The power density in glass melts has been studied at different arrangements of electrodes in all-electric melting furnaces

The power density in glass melts has been studied at different arrangements of electrodes in all-electric melting furnaces. Bottom, top and plate electrodes were arranged in the model furnace in hexahedron form of about 1 metre along its edges. The results of mathematical modelling showed that there is a very close relationship between the distribution of power density in glass melt and the temperature field and, therefore, by means of suitable arrangement of electrodes it is possible to influence the intensity of convective currents of the glass melt. From evaluated dependencies of power density distribution near the tips of electrodes, it follows that in the case of rod electrodes, the power density decreases on increasing the length of the electrodes.

Opposite behaviour happens with plate electrodes because the power density distribution in the centre of the basin between the electrodes increases on increasing the distance of the electrodes from the bottom of the furnace. The volumes of glass melt surrounding the electrodes where the power densities are superior to pmean (60,000 W.m-3) have also been evaluated by means of mathematical modelling. The volumes are very small with regards to the total volume of the furnace and do not exceed 22 per cent. Mathematical modelling of glass melting furnaces by means of the CFD programme Fluent leads to acceptable computational subservience to the study of power density distribution in all-electric melting furnaces.

The possibility...

Opposite behaviour happens with plate electrodes because the power density distribution in the centre of the basin between the electrodes increases on increasing the distance of the electrodes from the bottom of the furnace. The volumes of glass melt surrounding the electrodes where the power densities are superior to pmean (60,000 W.m-3) have also been evaluated by means of mathematical modelling. The volumes are very small with regards to the total volume of the furnace and do not exceed 22 per cent. Mathematical modelling of glass melting furnaces by means of the CFD programme Fluent leads to acceptable computational subservience to the study of power density distribution in all-electric melting furnaces.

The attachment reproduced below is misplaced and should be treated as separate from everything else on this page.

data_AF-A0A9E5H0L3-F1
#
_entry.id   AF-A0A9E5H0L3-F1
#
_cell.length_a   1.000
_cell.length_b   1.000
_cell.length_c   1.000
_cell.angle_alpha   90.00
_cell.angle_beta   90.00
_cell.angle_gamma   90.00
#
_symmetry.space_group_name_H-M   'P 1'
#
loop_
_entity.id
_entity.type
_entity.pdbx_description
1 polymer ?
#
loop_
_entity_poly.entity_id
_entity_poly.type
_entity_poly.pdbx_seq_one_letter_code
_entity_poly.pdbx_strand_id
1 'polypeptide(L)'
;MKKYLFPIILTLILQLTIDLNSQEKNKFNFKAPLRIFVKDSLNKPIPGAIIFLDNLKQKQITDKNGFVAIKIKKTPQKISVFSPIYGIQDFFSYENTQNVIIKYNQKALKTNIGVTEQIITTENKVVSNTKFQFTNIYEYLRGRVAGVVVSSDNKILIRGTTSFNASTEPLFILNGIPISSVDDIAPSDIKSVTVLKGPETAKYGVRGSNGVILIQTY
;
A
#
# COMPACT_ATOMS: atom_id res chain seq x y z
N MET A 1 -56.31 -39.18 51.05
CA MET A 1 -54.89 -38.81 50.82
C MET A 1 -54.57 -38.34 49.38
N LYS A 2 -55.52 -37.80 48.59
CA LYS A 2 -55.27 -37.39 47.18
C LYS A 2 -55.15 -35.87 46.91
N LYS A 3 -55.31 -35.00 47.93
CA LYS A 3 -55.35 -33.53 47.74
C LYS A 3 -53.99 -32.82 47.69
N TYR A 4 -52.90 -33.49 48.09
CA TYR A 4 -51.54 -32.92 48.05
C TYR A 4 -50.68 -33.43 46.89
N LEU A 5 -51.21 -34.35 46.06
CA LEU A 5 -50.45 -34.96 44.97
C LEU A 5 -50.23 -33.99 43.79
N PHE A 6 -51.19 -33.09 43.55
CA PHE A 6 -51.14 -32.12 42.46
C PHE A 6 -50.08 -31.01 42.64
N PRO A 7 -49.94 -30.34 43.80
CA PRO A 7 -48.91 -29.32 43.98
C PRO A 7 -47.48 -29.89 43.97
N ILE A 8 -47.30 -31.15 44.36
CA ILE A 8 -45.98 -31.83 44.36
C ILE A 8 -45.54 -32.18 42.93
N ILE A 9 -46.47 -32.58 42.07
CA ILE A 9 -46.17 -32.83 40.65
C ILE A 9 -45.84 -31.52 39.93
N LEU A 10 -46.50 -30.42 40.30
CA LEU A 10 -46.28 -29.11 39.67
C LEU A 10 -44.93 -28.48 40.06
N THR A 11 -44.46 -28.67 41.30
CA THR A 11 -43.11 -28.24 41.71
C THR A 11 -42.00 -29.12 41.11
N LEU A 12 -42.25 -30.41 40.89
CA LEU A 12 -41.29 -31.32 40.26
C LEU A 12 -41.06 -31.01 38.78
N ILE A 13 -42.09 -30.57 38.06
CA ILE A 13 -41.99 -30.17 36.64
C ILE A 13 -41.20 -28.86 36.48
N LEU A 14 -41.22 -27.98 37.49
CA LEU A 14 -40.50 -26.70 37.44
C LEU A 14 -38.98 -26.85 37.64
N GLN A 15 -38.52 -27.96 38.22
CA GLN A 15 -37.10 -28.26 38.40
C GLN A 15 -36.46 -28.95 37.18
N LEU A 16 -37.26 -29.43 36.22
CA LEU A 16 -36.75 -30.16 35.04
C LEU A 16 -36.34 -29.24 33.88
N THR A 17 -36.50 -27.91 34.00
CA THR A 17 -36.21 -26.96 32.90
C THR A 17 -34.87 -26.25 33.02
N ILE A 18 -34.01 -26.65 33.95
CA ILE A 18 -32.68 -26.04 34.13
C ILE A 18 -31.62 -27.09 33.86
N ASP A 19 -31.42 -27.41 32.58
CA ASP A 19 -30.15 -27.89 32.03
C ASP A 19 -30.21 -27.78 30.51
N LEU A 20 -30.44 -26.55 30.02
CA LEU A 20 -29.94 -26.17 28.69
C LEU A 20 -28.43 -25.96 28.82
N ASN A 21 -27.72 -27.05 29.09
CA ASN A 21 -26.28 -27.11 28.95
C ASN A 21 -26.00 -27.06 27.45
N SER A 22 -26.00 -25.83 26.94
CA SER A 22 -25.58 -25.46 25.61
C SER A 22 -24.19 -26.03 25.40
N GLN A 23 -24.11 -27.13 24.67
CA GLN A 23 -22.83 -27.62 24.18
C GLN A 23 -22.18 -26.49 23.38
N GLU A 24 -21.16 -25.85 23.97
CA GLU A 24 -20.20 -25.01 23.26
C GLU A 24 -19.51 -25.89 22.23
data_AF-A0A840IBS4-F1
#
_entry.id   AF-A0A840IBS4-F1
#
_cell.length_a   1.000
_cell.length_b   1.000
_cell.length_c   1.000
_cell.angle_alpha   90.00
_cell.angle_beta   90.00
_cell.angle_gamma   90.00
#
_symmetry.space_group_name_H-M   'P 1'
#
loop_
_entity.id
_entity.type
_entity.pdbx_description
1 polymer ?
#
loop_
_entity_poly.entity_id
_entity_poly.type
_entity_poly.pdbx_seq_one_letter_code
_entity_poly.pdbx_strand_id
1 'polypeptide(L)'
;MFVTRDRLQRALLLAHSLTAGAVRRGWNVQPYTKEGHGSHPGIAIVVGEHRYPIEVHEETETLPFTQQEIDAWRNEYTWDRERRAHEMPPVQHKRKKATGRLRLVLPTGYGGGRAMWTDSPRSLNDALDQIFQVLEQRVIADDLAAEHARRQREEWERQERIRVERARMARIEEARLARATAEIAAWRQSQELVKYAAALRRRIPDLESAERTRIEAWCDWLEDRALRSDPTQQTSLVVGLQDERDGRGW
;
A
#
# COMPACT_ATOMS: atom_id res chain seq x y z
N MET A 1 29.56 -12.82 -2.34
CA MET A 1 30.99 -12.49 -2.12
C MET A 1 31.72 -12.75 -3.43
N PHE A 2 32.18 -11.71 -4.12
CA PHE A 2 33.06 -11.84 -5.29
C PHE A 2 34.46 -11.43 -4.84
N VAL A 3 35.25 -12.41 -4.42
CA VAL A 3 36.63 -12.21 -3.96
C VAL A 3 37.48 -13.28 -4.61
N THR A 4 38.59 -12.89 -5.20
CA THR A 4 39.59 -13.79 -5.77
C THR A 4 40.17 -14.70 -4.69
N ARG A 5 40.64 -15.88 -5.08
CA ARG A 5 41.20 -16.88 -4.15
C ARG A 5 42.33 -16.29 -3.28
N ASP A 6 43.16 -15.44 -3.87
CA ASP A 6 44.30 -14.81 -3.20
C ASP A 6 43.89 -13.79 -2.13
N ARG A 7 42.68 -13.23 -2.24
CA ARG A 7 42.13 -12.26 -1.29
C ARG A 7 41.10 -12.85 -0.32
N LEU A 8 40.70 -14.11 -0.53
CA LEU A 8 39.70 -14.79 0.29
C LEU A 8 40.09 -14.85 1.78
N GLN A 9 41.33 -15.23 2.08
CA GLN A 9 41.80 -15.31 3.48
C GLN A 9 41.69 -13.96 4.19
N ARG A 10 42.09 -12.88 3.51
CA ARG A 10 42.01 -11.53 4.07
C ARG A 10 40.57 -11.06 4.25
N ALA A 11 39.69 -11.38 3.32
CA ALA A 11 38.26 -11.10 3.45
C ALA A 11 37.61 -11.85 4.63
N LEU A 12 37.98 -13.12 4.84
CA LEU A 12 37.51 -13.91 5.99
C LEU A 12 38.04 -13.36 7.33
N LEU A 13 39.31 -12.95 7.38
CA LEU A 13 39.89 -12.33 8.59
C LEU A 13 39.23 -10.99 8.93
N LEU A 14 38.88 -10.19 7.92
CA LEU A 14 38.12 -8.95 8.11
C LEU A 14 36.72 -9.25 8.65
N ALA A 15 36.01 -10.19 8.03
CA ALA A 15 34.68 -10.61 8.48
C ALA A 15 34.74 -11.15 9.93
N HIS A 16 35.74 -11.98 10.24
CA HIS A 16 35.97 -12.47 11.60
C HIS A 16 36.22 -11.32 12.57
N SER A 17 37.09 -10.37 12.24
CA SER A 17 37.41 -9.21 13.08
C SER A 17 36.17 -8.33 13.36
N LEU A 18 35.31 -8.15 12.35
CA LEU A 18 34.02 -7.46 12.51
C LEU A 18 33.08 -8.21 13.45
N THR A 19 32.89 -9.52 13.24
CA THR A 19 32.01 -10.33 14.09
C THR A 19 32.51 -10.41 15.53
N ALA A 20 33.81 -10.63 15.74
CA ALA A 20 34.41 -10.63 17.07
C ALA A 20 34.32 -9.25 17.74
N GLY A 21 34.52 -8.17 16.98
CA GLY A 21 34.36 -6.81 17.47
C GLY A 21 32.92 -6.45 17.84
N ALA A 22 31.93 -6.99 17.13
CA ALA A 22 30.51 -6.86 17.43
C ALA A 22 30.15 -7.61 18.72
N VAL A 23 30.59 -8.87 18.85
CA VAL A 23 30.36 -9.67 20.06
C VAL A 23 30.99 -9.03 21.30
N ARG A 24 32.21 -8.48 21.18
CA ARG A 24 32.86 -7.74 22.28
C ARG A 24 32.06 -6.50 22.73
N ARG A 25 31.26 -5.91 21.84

The possibility...

The power density in glass melts has been studied at different arrangements of electrodes in all-electric melting furnaces. Bottom, top and plate electrodes were arranged in the model furnace in hexahedron form of about 1 metre along its edges. The results of mathematical modelling showed that there is a very close relationship between the distribution of power density in glass melt and the temperature field and, therefore, by means of suitable arrangement of electrodes it is possible to influence the intensity of convective currents of the glass melt. From evaluated dependencies of power density distribution near the tips of electrodes, it follows that in the case of rod electrodes, the power density decreases on increasing the length of the electrodes.

Opposite behaviour happens with plate electrodes because the power density distribution in the centre of the basin between the electrodes increases on increasing the distance of the electrodes from the bottom of the furnace. The volumes of glass melt surrounding the electrodes where the power densities are superior to pmean (60,000 W.m-3) have also been evaluated by means of mathematical modelling. The volumes are very small with regards to the total volume of the furnace and do not exceed 22 per cent. Mathematical modelling of glass melting furnaces by means of the CFD programme Fluent leads to acceptable computational subservience to the study of power density distribution in all-electric melting furnaces.